Your NPR Station
Play Live Radio
Next Up:
Available On Air Stations

Local governments plead with Washington for operational help

With the cost of the coronavirus crisis hitting local governments, they are pleading with Washington to put some cash into the various stimulus bills to help them continue to operate.

Erie County Executive Mark Poloncarz and Erie County Comptroller Stefan Mychajliw are making the same pitch, suggesting direct aid to local governments, not funneled through state governments.

Four town supervisors joined them at a virtual news conference Tuesday. Amherst Supervisor Brian Kulpa said his town faces a massive hit in revenues.

"Revenue gap that has taken the shape in terms of sales tax revenue share and mortgage tax and fees that we would be collecting this time of year. As we look at the revenue gap expanding, for different municipalities, we're limited in what we can do in terms of capping expenditures," Kulpa said.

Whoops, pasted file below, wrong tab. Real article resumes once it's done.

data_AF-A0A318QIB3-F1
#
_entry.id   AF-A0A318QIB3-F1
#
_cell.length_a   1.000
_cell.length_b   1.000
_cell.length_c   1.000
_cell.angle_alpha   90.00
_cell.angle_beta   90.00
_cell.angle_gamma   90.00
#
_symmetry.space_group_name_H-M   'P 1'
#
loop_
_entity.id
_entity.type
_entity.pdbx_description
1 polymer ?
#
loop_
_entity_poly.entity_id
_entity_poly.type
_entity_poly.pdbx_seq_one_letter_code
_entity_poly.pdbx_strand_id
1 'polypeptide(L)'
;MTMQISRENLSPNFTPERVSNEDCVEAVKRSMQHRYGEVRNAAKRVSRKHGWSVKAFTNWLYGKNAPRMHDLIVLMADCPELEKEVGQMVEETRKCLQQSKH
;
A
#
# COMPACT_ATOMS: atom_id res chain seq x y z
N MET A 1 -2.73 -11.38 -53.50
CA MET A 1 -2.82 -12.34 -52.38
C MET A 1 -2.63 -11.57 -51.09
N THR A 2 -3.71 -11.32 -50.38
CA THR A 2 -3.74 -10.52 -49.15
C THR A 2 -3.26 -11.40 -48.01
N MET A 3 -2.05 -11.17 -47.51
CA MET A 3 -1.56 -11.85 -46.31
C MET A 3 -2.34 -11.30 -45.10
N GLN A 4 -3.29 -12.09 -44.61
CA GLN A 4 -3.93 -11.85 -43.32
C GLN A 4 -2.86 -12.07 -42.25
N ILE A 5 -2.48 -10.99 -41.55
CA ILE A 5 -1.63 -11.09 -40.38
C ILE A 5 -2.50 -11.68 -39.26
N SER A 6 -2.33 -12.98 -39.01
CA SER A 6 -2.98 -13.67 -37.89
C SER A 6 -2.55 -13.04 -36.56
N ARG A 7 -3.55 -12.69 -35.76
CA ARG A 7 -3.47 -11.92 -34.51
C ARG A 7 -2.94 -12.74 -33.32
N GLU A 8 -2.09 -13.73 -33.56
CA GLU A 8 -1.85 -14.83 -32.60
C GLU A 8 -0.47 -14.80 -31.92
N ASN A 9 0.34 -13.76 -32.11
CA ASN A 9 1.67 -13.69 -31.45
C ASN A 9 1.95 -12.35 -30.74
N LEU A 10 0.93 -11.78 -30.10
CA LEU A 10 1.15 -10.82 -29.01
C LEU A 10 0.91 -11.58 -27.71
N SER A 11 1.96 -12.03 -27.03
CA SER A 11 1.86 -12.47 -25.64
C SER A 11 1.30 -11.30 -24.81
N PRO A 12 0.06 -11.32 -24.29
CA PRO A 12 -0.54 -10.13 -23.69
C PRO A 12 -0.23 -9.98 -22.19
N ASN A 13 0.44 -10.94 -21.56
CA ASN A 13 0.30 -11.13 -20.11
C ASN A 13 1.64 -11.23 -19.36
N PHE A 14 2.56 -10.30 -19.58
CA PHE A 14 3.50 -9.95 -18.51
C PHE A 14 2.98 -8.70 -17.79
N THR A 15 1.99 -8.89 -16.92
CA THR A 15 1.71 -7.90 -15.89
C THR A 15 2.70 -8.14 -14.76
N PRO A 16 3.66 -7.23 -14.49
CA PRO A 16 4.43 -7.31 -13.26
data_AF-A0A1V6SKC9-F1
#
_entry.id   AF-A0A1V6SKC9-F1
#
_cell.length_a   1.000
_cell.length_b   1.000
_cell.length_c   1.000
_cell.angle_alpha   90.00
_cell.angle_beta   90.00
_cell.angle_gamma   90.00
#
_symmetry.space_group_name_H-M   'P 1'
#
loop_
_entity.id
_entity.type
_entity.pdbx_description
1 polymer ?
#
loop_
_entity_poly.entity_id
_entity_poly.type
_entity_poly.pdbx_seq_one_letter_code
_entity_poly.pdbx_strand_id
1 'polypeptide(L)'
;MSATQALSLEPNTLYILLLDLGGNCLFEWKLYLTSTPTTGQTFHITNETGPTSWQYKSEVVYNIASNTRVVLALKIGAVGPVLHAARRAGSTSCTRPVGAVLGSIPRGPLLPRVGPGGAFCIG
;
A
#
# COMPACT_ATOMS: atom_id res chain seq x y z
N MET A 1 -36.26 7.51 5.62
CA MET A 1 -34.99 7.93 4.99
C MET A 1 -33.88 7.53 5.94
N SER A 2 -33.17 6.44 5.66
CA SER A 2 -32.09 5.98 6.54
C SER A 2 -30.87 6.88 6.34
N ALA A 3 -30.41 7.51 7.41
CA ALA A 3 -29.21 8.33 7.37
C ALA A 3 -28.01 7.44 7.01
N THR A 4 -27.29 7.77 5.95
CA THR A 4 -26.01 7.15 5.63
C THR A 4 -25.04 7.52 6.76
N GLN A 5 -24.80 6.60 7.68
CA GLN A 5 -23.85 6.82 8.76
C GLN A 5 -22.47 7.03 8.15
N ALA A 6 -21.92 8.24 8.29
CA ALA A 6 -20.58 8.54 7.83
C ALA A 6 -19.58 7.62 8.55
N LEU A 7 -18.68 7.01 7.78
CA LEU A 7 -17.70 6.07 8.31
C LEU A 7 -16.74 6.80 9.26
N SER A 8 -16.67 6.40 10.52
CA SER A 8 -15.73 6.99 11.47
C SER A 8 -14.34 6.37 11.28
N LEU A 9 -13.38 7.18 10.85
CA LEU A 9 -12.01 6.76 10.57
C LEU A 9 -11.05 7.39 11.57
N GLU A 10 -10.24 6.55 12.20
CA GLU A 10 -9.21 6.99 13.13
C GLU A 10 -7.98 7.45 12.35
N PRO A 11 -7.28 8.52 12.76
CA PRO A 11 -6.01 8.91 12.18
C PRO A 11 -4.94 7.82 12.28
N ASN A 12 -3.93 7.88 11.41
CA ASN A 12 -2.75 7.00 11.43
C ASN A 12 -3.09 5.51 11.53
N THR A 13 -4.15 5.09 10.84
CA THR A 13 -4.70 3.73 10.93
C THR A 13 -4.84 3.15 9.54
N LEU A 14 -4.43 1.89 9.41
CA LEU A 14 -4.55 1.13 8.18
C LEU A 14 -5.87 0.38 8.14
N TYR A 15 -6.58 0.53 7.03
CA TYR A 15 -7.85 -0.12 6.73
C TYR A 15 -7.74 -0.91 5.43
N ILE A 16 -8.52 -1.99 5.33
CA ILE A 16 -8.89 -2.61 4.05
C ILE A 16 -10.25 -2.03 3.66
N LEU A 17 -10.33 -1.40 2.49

Amherst isn't alone. Just across Niagara Falls Boulevard, the Town of Tonawanda is looking at a more than $4 million hole punched in the town's $46 million budget. Tonawanda Deputy Supervisor John Bargnesi said it is affecting basic services like water and sewer.

"They are my essential people, alongside my police department and fire department," he said. "These full-time workers, I have a staff of over 110 people in this department. I have 34 that have not had a day off because they can't. They can't. We're supplying water to over 100,000 people, as I stated. They are my frontline people. Water has to keep flowing."

Bargnesi is running things because Town Supervisor Joe Emminger is being treated for COVID-19.

Eden Supervisor Missy Hartman said services or taxes will be hit without federal help.

"This isn't your local politician asking for money. This is your local politician fighting for the residents in your town so that it won't directly impact having to raise taxes next year on a population that isn't going to be able to afford that."

Related Content